An update on Goose, the orphaned baby black rhino who showed us that courage comes in all shapes and sizes.


Thanks to its prime position within the Kruger National Park, Jock Safari Lodge is known for its magnificent Big Five sightings. Coupled with warm hospitality and world-class service, Jock also prides itself on its commitment to conserving and protecting the diverse flora and fauna on the concession, and within the Kruger Park.


You may recall several months ago we shared the inspiring story of the ‘four-legged Goose’ – a baby black rhino that narrowly escaped certain death with the assistance and intervention of some incredible expertise and innovative techniques. These hooked-lipped beauties are native to Eastern and Southern Africa, but due to relentless illegal poaching activities the numbers have dropped drastically to Critically Endangered status, with population numbers thought to be just over 5,000 individuals. Jock Safari Lodge, with the support of the Caleo Foundation were so pleased to have been a part of Goose’s initial supportive treatment and have been tracking her progress since.


We recently caught up Dr Peter Buss, Veterinary Senior Manager at Veterinary Wildlife Services (VWS), Kruger National Park for a full update on Goose’s recovery:

“Goose, an adult female black rhino was located in the Kruger National Park, north of Satara, in September 2018 with a severely injured right hind leg. The foot was very badly swollen, the sole had sloughed off and she was not able to walk. Goose was immobilized and brought to the Veterinary Wildlife Services (VWS) holding facilities to see if it would be possible to treat the foot and save her life. An assessment of the foot, including X-rays, indicating most of the bones in her foot (equivalent of our toes) were fractured and had become infected. It was suspected that the bones had been shattered by a bullet, probably shot by a poacher. The muscle and tendons surrounding the bones had also become infected resulting in the foot becoming grossly swollen and forcing the sole off the foot, exposing the sensitive tissue and ends of the toe bones underneath. The wound was cleaned, dressed and covered with a fibreglass cast to protect the bottom of the foot. This was a process that was repeated monthly for the next 18 months. Goose would be immobilized, the old cast removed, the wound cleaned, new dressings applied, and the foot recast each month. The redressing and casting of the foot was sponsored by Saving the Survivors and VWS was assisted in the process by Dr Johan Marias.  To treat the bone infection, Goose was administered 70 antibiotic tablets daily for seven months. These types of infections are notoriously difficult to treat and it explains why it took so long to bring under control. Ms Cathy Dreyer was responsible for habituating Goose to captivity and to presence of people. She also started hand-feeding her so that the antibiotics could be administered. The tablets were crushed and put into a piece of Euphorbia, a very bitter plant but loved by black rhino – the bitterness helped mask the taste of the tablets.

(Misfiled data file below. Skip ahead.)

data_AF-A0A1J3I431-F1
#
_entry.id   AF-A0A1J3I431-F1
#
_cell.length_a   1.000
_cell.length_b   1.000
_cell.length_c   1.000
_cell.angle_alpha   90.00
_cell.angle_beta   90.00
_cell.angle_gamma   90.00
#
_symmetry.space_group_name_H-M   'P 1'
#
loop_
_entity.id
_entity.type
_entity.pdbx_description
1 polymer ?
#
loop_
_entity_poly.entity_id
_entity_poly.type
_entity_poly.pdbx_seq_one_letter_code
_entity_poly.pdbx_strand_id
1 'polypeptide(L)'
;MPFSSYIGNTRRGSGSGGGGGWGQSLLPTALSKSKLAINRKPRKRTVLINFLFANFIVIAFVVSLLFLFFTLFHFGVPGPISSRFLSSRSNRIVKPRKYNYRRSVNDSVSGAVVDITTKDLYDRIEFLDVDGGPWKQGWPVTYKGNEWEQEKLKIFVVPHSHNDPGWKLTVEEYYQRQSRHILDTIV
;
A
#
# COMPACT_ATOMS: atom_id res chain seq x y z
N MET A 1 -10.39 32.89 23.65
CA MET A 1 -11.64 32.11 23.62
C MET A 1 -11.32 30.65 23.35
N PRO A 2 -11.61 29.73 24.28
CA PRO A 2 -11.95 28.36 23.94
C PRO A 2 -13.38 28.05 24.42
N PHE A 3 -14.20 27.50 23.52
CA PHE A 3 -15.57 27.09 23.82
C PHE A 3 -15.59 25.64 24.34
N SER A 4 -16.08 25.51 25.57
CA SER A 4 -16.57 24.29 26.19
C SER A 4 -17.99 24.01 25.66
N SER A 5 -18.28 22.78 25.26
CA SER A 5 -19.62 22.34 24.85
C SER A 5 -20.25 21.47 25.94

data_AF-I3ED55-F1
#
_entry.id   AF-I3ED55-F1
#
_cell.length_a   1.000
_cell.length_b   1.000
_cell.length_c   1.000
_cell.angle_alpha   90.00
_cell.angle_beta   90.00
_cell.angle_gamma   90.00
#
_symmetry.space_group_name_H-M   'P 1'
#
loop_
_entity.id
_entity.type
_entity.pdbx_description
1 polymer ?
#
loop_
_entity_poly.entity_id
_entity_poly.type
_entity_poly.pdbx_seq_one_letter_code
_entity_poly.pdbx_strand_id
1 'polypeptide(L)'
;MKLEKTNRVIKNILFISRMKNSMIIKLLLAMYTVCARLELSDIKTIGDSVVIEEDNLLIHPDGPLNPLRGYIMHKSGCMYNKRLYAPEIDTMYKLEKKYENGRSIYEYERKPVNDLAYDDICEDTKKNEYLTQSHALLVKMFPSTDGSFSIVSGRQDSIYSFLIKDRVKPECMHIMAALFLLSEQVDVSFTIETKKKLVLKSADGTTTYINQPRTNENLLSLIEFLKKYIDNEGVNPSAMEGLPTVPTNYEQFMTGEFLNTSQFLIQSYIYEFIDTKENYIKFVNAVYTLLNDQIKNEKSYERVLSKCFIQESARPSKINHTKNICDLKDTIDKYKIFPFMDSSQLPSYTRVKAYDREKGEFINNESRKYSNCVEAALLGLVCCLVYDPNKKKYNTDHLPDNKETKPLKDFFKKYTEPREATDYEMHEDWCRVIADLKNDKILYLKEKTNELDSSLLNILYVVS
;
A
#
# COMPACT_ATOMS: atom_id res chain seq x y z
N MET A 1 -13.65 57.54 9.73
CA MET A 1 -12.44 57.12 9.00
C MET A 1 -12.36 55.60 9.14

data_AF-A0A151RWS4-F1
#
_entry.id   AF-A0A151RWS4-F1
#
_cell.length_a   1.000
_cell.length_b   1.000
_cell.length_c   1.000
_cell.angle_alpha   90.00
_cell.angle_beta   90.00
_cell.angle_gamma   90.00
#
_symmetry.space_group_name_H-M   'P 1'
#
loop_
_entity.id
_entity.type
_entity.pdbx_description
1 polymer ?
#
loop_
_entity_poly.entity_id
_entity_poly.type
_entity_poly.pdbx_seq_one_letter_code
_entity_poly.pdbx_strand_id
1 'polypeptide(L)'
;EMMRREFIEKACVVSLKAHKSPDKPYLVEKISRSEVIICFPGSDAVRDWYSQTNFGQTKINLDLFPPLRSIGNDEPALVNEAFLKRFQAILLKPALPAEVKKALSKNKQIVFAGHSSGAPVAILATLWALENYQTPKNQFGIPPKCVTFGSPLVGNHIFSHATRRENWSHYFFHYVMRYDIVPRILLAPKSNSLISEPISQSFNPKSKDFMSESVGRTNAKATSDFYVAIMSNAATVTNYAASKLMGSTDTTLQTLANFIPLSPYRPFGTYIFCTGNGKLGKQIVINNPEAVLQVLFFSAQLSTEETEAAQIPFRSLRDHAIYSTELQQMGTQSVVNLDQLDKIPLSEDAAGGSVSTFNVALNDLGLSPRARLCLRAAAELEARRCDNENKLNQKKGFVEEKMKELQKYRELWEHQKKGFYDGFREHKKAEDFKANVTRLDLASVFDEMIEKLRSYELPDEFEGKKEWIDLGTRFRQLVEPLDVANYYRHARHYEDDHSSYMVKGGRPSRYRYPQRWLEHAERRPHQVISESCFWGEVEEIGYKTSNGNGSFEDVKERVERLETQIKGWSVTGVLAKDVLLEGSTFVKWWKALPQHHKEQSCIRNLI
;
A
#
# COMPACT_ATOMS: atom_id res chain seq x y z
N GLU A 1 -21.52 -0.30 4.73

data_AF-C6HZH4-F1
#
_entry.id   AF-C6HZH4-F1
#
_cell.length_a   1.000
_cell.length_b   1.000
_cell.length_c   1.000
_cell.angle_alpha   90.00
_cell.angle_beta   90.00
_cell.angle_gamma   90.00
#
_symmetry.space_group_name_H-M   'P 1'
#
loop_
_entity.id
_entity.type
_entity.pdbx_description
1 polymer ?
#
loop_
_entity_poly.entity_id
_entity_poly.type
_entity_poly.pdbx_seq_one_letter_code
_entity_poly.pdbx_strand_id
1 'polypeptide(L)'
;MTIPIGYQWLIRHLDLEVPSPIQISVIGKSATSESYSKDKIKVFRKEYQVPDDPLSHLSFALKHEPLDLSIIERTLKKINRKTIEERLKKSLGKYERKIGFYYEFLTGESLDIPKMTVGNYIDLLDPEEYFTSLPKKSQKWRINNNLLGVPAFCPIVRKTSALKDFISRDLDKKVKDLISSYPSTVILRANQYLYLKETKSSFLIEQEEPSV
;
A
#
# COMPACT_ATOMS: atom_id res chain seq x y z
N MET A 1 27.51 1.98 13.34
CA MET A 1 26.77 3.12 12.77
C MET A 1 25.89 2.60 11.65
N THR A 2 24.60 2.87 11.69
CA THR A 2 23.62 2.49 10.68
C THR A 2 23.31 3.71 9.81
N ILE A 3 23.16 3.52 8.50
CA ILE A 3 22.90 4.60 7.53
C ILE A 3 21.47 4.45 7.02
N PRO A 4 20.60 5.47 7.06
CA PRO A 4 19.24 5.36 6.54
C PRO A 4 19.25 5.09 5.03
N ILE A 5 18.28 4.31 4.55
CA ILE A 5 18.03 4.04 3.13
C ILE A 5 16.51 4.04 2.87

Over the months of treatment and care by VWS staff, Goose’s foot gradually improved and she started to gain weight as she got used to her new circumstances and diet. The sole slowly re-grew across the bottom of the foot, initially it was thin and very susceptible to injury, but over time started to thicken and harden. By March 2020, it was felt that the sole had healed sufficiently for Goose to start walking on it without further protection and the cast was left off. Because of the severe and chronic damage to the bones, the foot will never have a normal structure however, the swelling has gone down significantly, and Goose has started to walk on it without the cast. The sole is approximately 80% healed and continues to improve and each day Goose puts more and more weight onto the leg. It is unlikely that we will be able to return Goose to the wild, but we hope to release her into a large enclosure where she will once again be able to have calves.”

This feel good news has been widely celebrated as a small win for the species and Goose has even grabbed the attention of news channels such as the recent article published in Getaway and previously Sky News. Jock Safari Lodge would like to thank all those committed to the preservation of the species and to those who boldly stand firm against poaching within the Kruger National Park, and worldwide. Together, small steps can make a difference.


Details of Goose’s recovery were provided by: Dr Peter Buss BVSc, MMedVet(wildlife), PhD. Veterinary Senior Manager: Veterinary Unit, Veterinary Wildlife Services. Kruger National Park, South African National Parks


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